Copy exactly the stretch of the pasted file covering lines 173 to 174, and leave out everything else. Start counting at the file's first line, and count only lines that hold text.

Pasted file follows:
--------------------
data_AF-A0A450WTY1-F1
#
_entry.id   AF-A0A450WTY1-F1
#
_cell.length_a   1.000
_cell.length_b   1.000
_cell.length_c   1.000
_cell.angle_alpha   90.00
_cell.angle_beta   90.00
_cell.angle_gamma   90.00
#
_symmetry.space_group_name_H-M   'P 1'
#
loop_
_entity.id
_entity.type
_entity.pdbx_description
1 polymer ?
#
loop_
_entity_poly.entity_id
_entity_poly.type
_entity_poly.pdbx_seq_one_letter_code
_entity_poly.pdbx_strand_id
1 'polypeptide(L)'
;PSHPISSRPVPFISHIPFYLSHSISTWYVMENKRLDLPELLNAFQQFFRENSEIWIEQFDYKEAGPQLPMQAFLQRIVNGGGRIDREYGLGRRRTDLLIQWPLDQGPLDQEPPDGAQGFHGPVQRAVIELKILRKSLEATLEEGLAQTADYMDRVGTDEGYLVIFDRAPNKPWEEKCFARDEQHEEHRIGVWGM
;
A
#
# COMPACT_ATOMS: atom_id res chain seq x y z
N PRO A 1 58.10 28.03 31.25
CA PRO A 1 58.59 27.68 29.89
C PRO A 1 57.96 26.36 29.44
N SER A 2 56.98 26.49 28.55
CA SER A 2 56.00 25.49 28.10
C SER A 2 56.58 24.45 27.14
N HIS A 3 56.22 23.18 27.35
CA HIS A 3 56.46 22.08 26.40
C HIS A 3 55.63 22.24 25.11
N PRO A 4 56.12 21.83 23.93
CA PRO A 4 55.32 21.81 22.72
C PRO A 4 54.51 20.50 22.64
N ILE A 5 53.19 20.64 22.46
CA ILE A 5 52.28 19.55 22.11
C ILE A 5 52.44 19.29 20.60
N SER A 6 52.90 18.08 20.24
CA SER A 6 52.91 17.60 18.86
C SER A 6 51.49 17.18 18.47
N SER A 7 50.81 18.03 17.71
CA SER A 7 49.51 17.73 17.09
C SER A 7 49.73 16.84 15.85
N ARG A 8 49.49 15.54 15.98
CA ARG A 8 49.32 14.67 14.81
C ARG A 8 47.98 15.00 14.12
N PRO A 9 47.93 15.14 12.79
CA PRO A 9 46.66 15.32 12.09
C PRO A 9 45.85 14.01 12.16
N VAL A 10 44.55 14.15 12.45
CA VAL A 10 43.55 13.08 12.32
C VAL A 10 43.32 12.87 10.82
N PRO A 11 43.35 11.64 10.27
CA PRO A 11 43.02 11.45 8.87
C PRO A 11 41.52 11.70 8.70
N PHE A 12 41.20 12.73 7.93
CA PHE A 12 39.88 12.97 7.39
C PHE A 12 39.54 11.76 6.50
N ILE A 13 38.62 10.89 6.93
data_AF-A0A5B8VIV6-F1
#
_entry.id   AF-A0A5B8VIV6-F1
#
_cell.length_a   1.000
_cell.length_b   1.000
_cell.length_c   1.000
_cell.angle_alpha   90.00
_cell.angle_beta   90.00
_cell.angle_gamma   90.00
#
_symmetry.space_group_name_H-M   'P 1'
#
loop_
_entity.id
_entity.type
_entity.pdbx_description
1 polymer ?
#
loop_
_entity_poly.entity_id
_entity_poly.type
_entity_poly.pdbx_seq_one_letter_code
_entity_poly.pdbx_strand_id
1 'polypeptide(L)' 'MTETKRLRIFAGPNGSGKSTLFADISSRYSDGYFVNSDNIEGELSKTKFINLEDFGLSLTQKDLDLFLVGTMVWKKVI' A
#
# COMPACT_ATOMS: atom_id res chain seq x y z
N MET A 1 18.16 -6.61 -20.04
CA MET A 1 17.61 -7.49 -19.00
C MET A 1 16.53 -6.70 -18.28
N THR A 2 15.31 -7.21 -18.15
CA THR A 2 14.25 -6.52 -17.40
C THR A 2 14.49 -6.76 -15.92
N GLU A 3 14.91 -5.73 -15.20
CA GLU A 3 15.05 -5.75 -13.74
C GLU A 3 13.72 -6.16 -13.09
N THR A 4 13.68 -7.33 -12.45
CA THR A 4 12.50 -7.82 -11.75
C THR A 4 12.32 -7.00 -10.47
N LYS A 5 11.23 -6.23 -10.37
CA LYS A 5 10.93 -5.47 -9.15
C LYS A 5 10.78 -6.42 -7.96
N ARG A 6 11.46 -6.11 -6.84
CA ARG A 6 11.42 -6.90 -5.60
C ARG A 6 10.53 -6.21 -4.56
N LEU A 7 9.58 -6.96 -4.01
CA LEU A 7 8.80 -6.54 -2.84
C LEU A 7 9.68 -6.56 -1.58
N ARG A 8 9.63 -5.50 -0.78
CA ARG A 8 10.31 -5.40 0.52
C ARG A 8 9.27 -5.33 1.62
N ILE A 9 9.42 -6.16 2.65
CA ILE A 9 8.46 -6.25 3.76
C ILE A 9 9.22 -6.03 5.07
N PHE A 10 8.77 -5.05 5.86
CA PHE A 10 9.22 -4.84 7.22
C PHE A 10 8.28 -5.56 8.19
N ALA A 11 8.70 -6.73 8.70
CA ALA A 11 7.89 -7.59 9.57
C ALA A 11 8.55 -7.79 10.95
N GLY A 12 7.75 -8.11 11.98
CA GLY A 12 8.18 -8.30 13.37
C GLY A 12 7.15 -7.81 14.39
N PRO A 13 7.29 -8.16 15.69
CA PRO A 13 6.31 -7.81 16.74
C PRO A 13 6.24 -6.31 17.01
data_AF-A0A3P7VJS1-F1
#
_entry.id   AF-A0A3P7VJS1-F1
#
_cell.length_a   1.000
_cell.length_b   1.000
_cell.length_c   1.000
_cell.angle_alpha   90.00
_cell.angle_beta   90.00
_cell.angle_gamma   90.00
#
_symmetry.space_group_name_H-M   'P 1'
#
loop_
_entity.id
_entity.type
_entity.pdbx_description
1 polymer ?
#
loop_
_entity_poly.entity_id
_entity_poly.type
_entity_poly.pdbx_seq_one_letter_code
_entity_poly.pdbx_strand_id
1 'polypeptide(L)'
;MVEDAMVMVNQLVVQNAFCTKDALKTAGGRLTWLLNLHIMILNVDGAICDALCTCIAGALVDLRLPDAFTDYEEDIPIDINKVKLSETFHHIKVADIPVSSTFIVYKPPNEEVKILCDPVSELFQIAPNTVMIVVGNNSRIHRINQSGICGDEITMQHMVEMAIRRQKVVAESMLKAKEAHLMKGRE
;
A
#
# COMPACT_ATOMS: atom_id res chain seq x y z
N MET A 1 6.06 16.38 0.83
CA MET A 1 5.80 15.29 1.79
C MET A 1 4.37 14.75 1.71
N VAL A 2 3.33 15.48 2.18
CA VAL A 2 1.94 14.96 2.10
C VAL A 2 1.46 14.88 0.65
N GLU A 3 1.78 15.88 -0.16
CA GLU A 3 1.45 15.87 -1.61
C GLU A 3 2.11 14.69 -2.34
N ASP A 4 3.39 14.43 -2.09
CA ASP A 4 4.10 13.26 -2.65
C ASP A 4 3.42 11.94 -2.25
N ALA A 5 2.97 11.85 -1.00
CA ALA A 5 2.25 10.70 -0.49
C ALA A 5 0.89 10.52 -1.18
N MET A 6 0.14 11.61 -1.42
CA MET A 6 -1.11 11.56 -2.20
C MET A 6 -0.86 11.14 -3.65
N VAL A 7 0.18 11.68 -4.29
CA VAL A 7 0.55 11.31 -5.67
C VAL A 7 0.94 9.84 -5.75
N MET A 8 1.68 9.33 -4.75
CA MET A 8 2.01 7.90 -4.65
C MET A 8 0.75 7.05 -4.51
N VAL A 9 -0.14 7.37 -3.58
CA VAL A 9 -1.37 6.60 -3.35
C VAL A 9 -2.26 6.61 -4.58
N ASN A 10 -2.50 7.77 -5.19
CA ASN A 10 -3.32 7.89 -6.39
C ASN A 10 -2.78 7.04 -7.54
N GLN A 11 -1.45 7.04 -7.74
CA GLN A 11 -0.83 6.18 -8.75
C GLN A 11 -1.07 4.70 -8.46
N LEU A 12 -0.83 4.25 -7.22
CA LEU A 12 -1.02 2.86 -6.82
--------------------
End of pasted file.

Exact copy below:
N ASP A 4 3.39 14.43 -2.09
CA ASP A 4 4.10 13.26 -2.65